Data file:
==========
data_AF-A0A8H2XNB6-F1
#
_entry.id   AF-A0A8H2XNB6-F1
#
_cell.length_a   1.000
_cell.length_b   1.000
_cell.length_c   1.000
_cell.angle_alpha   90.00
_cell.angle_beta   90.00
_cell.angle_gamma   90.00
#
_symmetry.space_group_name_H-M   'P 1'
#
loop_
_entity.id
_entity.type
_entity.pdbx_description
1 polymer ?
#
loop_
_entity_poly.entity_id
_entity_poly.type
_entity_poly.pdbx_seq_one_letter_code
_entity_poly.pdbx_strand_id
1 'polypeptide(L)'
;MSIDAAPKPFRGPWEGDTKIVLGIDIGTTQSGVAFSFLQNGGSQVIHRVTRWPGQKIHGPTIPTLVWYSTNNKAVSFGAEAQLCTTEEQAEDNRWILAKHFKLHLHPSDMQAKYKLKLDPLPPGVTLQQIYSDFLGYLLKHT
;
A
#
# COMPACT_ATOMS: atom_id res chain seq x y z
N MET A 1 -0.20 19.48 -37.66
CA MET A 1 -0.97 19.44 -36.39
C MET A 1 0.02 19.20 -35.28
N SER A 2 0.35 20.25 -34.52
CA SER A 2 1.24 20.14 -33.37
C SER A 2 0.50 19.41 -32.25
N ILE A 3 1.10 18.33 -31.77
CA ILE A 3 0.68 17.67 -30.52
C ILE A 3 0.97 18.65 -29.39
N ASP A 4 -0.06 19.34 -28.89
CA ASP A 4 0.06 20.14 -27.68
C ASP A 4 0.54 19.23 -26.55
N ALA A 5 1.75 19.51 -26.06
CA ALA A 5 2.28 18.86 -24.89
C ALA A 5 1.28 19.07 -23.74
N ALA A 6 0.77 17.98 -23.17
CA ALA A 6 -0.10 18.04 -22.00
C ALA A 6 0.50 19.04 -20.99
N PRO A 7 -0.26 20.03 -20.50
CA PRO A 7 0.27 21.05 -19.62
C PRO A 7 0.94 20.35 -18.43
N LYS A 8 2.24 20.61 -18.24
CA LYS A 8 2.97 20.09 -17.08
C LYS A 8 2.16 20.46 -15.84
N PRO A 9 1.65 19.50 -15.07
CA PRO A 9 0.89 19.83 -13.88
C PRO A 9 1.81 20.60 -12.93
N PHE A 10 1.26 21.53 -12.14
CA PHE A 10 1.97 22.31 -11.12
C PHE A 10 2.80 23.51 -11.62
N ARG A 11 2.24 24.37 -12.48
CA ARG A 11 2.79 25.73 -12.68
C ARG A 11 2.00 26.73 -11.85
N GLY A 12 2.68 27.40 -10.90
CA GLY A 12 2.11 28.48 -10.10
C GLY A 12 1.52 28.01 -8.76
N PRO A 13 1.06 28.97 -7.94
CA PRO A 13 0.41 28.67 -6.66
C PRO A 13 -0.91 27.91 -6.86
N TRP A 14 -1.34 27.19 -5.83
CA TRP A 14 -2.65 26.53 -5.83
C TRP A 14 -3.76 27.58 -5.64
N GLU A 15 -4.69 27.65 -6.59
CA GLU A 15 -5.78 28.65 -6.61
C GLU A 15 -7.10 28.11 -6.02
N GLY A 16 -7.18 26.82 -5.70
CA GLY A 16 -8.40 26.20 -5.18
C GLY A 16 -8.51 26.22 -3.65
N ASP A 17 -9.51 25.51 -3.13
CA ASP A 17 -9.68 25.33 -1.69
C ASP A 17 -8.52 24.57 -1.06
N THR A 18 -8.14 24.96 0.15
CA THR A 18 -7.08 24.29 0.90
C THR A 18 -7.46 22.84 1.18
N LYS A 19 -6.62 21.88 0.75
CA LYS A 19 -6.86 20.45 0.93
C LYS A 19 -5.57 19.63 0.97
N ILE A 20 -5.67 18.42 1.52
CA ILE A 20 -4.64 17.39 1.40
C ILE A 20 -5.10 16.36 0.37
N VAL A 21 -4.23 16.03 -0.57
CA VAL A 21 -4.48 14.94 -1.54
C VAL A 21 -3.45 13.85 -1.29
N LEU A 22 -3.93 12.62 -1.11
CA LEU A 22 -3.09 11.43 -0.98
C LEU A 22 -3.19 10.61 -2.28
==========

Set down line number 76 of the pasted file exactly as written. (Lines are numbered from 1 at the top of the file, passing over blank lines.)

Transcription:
N GLY A 16 -7.18 26.82 -5.70